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Batman: The Animated Series: Mask Of The Phantasm

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Batman & Mr. Freeze: SubZero (released 3/17/1998)

For a brief period of time, it looked like Joel Schumacher had effectively killed the Batman film franchise. After the travesty of Batman & Robin, Warner Bros. began to lose faith in the superhero’s box-office allure, leading to a considerable delay for a subsequent feature film set in the DC animated universe. Having a Mr. Freeze-centric animated movie in theaters after Arnold Schwarzenegger brought the villain to life seemed like a no-brainer for the studio, but clearly they had no idea how campy and dumb Schumacher’s interpretation would be. Schwarzenegger turned Victor Fries into a neon blue punchline, and SubZero was pushed back a year and released directly to video, where hopefully the sting of Batman & Robin wouldn’t be felt at strongly.


SubZero is a huge step up from Schumacher’s mess of a movie, delivering a strong action thriller that shows how effective Batman and company can be when taken seriously. Yet while the action is spectacular, the story by Randy Rogel and Boyd Kirkland doesn’t reach the emotional heights of either Mask Of The Phantasm or World’s Finest. After a submarine destroys Mr. Freeze’s arctic hideout and shatters the cryogenic containment vessel containing Nora Fries, the villain has to find an organ donor for his wife before her disease claims her for good. Teaming up with an old colleague desperate for money, Victor finds a donor who matches his wife’s rare blood type, kidnapping Barbara Gordon and bringing the wrath of the Dynamic Duo down on his glass-covered head.

With a running time that barely exceeds an hour, the writers could have spent much more time expanding on Victor and Nora’s relationship to help amplify the dramatic stakes. There’s a beautiful moment at the very beginning of the film where Victor brings his frozen wife a flower and talks about their former life together, revealing a tender soul that is desperate to have his wife back. “The day we met was the happiest day of my life,” he says, leaving her the orange flower. “A gift for you. I found it in the snow. Fragile beauty clinging to life in this frozen wasteland. Like you, Nora.” Randy Rogel wrote one of BTAS’ most tragic romances in “Two-Face,” and exploring the time when Victor and Nora’s love was alive and thriving would have helped add some variety to the movie. There’s a lot of action, but the character development leaves a lot to be desired.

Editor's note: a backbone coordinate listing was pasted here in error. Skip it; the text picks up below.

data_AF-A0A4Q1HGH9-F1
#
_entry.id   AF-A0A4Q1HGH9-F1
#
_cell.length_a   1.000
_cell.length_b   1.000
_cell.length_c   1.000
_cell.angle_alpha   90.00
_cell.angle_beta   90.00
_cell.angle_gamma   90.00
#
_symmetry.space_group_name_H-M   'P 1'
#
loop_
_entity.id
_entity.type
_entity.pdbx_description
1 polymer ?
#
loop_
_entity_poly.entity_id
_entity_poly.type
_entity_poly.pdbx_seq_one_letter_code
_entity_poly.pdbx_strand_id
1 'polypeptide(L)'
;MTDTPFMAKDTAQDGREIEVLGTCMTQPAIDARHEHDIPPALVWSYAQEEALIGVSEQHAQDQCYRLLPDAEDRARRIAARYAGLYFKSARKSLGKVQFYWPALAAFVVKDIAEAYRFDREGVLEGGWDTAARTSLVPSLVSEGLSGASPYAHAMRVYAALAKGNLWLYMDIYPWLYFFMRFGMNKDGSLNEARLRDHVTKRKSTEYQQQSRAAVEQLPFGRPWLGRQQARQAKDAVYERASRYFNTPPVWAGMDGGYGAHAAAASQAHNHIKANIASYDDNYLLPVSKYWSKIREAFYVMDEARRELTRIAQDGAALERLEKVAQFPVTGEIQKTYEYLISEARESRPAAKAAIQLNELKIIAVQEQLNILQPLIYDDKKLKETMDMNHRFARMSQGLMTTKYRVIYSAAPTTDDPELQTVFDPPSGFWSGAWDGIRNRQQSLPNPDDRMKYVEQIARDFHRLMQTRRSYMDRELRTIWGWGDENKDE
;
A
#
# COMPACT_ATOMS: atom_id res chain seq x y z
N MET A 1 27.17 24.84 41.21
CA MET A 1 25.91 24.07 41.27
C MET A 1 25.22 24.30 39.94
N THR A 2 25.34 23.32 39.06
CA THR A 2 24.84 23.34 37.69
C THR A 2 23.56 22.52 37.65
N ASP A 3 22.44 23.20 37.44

Taking place between Batman: The Animated Series and The New Batman Adventures, SubZero marks the point where Dick Grayson and Barbara Gordon’s relationship takes off. There’s a great scene where Commissioner Gordon is talking up his daughter to Dick while the camera cuts to her beating up a gang of men as Batgirl, and more of that type of clever storytelling would help boost the film’s momentum once it falls into a standard supervillain kidnapping plot. Dick and Barbara finally decide to take it to the next level by going on a date together, and of course that’s when Mr. Freeze abducts her. Dick Grayson begins to show the power and flair that would make him stand out as Nightwing as he races to save Barbara, and Dick’s fight scene against Freeze and the motorcycle chase through Gotham are easily some of his coolest moments in the DCAU.